Columbia, South Carolina ---- United States Attorney Sherri A. Lydon stated that Abdullah Jabbar Aquil, a/k/a “Wap,” age 42, of Columbia, was sentenced in federal court to 92 months’ imprisonment to be followed by 6 years of supervised release. Aquil plead guilty in January to possession with intent to distribute heroin and felon in possession of a firearm and ammunition, all in violation of Title 21, United States Code, Sections 841(a)(1), 841(b)(1)(C), and 851 and Title 18, United States Code, Sections 922(g)(1) and 924(a)(2). United States District Judge Mary Geiger Lewis, of Columbia, imposed the sentence and ordered that it run consecutive to a 24 months’ imprisonment sentence Aquil is currently serving.
Evidence presented in court established on February 3, 2017, after making several controlled buys of heroin from Aquil, deputies with the Richland County Sheriff’s Department executed a state search warrant upon one of Aquil’s residences. Inside they found a Glock .40 caliber firearm, ammunition, and digital scales. A further search of Aquil’s vehicle revealed a little over 9 grams of heroin.
Aquil is prohibited under federal law from possessing firearms and ammunition based upon his prior state convictions and a prior federal conviction. Aquil has prior state convictions for possession of cocaine, possession of pistol by person under 21 years of age, carrying pistol unlawfully (two separate counts), distribution of cocaine, criminal domestic violence, possession with intent to distribute marijuana 2nd offense, possession of stolen pistol, and possession of crack cocaine 2nd offense. At the time of the incident, Aquil was on federal supervised release for a 2009 federal conviction for felon in possession of a firearm and ammunition, for which he previously served 70 months’ imprisonment. Aquil’s federal supervised release was revoked in May 2017, and he is currently serving 24 months’ term of imprisonment for that revocation. Today’s sentence will run consecutive to that term of imprisonment.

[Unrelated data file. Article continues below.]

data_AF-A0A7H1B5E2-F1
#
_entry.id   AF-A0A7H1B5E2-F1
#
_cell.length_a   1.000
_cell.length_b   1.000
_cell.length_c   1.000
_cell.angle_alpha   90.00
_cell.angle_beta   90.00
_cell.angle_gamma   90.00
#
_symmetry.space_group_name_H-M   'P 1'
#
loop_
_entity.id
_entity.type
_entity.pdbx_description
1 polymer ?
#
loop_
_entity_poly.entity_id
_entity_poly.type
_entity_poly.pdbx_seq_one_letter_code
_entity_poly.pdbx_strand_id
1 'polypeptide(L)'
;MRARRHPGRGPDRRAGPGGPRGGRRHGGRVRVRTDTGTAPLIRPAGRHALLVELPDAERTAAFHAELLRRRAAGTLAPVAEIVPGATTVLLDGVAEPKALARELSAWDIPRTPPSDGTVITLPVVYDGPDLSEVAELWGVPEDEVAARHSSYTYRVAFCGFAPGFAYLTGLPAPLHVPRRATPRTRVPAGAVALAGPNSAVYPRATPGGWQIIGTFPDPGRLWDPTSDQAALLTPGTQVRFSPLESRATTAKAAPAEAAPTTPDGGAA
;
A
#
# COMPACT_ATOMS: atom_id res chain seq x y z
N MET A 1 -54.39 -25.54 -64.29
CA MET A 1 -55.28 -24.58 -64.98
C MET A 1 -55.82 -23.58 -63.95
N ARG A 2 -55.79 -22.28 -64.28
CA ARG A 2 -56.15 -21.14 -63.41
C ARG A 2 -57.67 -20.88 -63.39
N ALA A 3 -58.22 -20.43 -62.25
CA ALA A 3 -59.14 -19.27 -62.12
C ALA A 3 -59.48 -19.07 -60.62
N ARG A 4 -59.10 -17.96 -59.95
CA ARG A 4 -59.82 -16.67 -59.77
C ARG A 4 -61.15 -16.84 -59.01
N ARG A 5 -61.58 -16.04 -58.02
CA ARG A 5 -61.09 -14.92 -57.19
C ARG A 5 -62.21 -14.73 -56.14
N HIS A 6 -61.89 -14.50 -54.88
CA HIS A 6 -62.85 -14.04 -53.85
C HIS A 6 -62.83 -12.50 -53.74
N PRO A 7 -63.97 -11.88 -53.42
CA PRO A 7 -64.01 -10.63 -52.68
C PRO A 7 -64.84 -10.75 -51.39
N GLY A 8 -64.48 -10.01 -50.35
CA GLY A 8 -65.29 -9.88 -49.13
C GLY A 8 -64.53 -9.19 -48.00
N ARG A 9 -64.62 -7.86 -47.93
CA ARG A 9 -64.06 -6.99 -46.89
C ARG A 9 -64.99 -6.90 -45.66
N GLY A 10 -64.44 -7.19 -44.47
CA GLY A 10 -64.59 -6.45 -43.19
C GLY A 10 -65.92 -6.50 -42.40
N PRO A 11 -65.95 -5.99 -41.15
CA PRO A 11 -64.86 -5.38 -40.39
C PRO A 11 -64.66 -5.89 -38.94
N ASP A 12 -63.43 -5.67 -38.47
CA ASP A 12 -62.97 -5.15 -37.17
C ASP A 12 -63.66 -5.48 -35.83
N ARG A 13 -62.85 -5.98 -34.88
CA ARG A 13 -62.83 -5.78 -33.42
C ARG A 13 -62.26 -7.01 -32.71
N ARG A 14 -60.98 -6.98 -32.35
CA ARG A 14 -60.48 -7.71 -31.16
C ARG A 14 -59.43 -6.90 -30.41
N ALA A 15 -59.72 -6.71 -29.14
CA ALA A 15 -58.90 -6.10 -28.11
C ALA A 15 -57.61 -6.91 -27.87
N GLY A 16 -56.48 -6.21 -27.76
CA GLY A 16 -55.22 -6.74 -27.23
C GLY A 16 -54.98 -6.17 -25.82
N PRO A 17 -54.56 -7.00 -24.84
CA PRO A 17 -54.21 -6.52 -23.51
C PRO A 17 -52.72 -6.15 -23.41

The case was investigated by the Bureau of Alcohol, Tobacco, Firearms, and Explosives (“ATF”) and the Richland County Sheriff’s Department and was prosecuted as part of the joint federal, state and local Project CeaseFire initiative, which aggressively prosecutes firearm cases in an effort to reduce violent crime and make our neighborhoods safer. Project CeaseFire is South Carolina’s implementation of Project Safe Neighborhoods (PSN), a crime reduction strategy originally launched in 2001. Attorney General Jeff Sessions has made turning the tide of rising violent crime in America a top priority and reinstituted PSN nationwide. Assistant United States Attorney Stacey D. Haynes of the Columbia office handled the case.
Stacey D. Haynes (803) 929-3000